How to Avoid Bolting in Plants

It’s that time of year when my friends start asking me why their delicious lettuces and herbs are all the sudden two feet tall and bitter tasting. This, my beautiful gardeners, is called bolting, and it’s a natural part of a plant’s life cycle.

Bolting is when a crop that is normally used for non-flowering parts, such as leaves or roots, sends out a flower stalk in an attempt to reproduce. When this happens the plant stops putting energy into growing the parts that we like to eat, like leaves of lettuce or cilantro.

Plants that are susceptible to bolting are lettuces, herbs like cilantro and dill, spinach and beets, and brassicas like cabbage, kale and mustard.

Bolting generally happens in response to triggers like day length, changes in air and soil temperatures, or even to stresses like drought and soil mineral deficiencies.

You can use these tips to prevent bolting:

  • Plant at the correct time of year for best day length and temperatures – start planting as soon as the soil is within the temperature range for germination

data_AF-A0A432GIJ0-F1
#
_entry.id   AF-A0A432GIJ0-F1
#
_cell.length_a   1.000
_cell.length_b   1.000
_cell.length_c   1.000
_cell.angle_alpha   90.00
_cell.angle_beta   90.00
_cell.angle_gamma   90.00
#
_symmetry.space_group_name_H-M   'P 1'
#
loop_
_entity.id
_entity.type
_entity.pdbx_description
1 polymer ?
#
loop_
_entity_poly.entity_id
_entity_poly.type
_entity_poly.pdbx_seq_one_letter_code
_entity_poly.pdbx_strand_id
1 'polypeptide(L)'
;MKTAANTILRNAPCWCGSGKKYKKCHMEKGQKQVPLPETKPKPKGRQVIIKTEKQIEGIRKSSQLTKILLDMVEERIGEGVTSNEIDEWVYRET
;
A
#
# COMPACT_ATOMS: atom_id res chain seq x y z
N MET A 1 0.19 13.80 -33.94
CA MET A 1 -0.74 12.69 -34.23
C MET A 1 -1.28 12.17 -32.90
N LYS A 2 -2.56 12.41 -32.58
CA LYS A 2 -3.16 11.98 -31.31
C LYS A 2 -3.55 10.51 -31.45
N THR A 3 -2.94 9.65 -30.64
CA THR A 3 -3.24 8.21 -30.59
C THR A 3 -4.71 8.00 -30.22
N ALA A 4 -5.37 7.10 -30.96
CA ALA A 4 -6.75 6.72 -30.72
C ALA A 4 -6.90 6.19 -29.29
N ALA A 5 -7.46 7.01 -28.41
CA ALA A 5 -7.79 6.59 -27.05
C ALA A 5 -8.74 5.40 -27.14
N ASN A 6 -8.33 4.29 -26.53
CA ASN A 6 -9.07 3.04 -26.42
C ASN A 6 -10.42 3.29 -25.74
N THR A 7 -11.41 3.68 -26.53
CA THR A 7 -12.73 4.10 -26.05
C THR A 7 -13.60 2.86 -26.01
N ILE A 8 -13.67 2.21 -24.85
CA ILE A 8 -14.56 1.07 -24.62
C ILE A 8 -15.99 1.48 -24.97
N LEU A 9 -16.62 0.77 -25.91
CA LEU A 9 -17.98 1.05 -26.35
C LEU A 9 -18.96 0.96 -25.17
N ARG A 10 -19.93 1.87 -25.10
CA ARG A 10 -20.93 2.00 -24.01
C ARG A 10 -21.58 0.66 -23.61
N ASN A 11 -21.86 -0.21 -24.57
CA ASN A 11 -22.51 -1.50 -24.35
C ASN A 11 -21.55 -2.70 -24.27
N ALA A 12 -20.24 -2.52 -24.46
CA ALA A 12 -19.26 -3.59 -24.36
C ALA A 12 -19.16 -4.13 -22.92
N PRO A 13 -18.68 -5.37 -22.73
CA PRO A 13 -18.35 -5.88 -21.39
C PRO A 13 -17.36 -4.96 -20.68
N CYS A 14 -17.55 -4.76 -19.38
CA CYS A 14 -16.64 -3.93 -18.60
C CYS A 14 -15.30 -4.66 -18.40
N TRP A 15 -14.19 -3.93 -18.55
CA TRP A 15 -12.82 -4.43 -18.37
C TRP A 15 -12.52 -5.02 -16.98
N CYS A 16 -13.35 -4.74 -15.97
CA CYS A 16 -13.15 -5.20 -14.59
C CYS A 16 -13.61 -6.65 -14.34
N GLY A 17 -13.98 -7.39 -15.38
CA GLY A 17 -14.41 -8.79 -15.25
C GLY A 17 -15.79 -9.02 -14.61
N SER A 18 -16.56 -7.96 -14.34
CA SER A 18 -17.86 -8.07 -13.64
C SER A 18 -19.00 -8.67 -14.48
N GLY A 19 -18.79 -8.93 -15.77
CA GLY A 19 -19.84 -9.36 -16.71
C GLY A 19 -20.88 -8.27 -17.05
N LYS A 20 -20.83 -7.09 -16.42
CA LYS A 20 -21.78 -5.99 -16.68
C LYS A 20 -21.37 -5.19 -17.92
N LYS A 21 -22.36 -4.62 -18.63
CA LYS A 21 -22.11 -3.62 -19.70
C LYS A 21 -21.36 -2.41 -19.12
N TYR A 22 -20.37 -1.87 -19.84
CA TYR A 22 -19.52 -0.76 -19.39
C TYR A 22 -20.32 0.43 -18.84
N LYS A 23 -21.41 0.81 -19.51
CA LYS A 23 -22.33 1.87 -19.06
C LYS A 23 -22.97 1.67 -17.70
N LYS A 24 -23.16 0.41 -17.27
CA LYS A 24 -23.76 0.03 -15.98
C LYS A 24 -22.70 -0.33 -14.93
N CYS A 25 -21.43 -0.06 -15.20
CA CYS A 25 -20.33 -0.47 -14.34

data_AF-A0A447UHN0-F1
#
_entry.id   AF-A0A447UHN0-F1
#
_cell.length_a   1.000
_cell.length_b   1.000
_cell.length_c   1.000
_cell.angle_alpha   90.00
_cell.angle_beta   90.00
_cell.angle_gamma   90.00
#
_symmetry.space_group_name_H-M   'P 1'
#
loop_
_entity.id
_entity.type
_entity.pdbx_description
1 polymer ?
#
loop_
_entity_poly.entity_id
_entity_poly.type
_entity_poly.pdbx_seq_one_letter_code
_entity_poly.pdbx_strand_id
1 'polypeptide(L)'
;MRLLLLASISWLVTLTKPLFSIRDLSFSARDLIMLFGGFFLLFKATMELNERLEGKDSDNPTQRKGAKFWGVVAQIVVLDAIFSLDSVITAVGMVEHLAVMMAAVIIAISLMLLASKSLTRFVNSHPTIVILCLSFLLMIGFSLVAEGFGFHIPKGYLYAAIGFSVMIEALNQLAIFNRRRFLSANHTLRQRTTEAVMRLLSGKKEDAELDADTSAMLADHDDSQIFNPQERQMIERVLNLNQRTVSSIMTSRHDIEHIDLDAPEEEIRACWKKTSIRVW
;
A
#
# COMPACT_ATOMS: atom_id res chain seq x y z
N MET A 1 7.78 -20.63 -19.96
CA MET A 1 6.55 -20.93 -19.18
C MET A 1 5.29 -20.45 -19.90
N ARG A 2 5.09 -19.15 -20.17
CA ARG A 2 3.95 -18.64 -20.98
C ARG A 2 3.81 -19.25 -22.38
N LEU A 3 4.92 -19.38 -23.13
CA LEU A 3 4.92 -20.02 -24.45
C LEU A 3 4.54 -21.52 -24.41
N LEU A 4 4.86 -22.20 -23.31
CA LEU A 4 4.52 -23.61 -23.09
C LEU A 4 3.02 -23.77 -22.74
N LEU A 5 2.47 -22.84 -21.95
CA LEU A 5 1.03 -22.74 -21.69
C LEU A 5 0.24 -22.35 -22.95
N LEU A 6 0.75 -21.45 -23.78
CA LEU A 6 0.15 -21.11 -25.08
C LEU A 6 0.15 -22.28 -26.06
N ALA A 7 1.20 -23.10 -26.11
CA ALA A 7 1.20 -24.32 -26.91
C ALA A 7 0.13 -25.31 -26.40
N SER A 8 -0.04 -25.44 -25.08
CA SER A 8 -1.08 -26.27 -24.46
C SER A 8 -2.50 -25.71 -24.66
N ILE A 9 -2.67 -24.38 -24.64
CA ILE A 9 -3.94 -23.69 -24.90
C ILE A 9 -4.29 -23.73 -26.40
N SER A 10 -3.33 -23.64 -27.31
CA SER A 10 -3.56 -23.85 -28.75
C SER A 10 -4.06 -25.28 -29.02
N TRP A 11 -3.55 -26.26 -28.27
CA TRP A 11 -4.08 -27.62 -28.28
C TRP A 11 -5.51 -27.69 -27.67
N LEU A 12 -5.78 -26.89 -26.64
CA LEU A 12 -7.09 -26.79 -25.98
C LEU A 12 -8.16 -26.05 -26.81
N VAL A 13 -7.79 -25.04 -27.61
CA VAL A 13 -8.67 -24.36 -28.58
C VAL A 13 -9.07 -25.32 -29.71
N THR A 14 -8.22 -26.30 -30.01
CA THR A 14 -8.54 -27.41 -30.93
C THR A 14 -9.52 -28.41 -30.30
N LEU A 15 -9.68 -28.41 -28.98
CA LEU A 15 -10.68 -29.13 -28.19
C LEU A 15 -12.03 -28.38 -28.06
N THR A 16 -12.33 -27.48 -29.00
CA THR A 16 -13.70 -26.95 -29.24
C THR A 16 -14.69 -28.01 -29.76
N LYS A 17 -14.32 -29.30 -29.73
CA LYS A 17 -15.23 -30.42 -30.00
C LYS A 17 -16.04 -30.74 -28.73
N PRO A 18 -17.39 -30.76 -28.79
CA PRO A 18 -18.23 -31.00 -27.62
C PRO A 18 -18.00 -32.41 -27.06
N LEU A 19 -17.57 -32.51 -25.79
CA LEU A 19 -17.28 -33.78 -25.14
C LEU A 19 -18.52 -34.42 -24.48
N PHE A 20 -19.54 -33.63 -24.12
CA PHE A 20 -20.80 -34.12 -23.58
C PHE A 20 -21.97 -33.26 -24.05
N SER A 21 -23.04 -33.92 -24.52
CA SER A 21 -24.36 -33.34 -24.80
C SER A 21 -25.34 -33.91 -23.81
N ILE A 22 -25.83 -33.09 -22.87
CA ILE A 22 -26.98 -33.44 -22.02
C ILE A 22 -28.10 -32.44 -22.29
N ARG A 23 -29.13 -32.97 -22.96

• Keep plants watered  – especially lettuces
  • Use bolt-resistant cultivars/varieties
  • Pinch off flower stalks before the plant sets seeds
  • Use a 40% shade cloth to keep plants cool
  • Put plants closer together so the soil stays shaded and cooler when the canopy closes
  • Use succession planting – and start your seedlings inside so you can both prevent temperature fluctuations that set off bolting and also allow maximum production from your growing space

Bolt Resistant Plant Varieties

Lettuce

Cilantro

Spinach

Dill